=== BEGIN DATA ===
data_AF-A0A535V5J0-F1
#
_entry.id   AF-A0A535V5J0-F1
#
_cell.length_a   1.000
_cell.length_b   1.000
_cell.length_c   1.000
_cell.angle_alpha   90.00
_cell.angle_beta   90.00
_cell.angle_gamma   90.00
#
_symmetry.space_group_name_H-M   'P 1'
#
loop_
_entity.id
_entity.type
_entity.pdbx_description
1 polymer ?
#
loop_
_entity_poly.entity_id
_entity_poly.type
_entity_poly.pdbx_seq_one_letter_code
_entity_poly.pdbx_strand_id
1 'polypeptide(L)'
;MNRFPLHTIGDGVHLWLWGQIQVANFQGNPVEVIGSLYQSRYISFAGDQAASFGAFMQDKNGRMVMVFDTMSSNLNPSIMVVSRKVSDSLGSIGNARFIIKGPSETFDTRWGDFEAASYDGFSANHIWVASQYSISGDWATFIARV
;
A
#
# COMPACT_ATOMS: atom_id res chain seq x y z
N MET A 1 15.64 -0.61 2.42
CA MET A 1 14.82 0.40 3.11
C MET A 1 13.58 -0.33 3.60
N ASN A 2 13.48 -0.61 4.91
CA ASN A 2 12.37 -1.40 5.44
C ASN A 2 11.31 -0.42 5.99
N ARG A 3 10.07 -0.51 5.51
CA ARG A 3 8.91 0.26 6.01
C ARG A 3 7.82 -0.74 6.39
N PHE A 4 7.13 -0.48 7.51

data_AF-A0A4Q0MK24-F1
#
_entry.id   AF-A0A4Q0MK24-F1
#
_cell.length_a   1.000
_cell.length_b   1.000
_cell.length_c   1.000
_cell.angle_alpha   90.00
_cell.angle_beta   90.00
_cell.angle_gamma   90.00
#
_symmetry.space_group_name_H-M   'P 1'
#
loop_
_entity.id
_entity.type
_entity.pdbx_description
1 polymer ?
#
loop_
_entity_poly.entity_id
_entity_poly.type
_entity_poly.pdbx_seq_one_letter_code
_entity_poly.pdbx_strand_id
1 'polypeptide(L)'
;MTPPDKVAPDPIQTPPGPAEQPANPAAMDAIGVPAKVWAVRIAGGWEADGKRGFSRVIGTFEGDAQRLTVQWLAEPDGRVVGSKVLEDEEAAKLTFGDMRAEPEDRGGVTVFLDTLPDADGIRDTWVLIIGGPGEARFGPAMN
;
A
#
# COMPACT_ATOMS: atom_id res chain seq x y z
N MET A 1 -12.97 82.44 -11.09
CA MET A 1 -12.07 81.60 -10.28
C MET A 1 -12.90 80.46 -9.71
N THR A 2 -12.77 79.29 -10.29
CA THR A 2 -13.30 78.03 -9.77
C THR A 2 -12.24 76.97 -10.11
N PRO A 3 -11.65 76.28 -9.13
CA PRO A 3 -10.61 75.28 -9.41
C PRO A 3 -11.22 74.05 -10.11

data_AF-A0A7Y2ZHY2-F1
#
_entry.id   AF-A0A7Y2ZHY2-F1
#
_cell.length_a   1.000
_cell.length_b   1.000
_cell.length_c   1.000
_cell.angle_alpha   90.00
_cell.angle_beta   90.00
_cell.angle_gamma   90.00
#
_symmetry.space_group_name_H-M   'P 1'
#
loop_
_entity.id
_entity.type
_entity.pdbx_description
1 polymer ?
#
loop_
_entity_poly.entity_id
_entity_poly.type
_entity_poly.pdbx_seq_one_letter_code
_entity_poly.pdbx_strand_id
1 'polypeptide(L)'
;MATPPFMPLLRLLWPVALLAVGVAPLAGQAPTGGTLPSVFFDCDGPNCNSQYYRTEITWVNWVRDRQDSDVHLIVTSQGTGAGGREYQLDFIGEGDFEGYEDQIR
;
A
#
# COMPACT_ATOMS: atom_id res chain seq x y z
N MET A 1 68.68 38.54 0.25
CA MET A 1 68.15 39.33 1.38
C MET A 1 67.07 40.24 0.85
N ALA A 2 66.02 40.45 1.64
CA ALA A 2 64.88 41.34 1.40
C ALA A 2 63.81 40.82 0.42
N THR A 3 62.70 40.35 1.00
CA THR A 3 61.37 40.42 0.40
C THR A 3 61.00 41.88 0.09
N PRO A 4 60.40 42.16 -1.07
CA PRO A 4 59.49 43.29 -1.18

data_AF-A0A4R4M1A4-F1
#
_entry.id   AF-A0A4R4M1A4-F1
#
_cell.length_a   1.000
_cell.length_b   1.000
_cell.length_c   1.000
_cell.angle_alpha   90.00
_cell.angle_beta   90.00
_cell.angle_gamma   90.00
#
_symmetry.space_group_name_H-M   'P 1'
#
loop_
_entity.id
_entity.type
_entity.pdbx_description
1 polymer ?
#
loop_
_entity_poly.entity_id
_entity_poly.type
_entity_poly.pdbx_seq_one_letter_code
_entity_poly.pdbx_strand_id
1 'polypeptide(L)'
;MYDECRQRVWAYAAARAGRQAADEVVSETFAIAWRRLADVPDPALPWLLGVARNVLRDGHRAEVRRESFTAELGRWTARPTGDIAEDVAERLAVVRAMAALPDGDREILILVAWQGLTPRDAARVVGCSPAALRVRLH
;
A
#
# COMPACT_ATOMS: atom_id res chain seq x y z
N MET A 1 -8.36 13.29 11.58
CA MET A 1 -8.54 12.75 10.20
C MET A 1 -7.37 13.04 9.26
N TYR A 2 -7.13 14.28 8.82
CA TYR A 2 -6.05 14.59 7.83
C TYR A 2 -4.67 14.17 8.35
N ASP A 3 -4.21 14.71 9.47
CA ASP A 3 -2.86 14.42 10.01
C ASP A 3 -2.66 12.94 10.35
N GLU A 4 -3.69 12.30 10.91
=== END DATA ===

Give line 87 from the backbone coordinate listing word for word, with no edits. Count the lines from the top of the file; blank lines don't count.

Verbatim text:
_cell.angle_alpha   90.00